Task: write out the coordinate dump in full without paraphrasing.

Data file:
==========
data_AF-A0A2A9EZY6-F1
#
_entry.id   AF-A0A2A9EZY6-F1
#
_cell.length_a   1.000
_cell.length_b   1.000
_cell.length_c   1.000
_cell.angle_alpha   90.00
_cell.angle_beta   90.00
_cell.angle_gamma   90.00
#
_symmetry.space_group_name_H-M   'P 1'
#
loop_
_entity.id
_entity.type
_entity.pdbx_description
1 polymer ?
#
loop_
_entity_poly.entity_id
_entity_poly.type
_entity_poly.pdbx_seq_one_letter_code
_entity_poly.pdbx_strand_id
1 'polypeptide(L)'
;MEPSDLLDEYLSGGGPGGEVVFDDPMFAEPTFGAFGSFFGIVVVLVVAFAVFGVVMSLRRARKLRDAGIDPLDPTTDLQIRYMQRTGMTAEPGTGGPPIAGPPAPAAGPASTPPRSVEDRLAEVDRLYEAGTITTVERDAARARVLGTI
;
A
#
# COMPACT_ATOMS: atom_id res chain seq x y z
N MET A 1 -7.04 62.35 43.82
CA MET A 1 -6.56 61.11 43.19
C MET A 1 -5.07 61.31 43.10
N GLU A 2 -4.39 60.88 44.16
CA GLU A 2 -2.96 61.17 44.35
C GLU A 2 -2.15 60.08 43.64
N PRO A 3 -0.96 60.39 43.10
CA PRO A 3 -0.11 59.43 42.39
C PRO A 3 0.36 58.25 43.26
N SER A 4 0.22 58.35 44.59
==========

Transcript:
data_AF-A0A2A9EZY6-F1
#
_entry.id   AF-A0A2A9EZY6-F1
#
_cell.length_a   1.000
_cell.length_b   1.000
_cell.length_c   1.000
_cell.angle_alpha   90.00
_cell.angle_beta   90.00
_cell.angle_gamma   90.00
#
_symmetry.space_group_name_H-M   'P 1'
#
loop_
_entity.id
_entity.type
_entity.pdbx_description
1 polymer ?
#
loop_
_entity_poly.entity_id
_entity_poly.type
_entity_poly.pdbx_seq_one_letter_code
_entity_poly.pdbx_strand_id
1 'polypeptide(L)'
;MEPSDLLDEYLSGGGPGGEVVFDDPMFAEPTFGAFGSFFGIVVVLVVAFAVFGVVMSLRRARKLRDAGIDPLDPTTDLQIRYMQRTGMTAEPGTGGPPIAGPPAPAAGPASTPPRSVEDRLAEVDRLYEAGTITTVERDAARARVLGTI
;
A
#
# COMPACT_ATOMS: atom_id res chain seq x y z
N MET A 1 -7.04 62.35 43.82
CA MET A 1 -6.56 61.11 43.19
C MET A 1 -5.07 61.31 43.10
N GLU A 2 -4.39 60.88 44.16
CA GLU A 2 -2.96 61.17 44.35
C GLU A 2 -2.15 60.08 43.64
N PRO A 3 -0.96 60.39 43.10
CA PRO A 3 -0.11 59.43 42.39
C PRO A 3 0.36 58.25 43.26
N SER A 4 0.22 58.35 44.59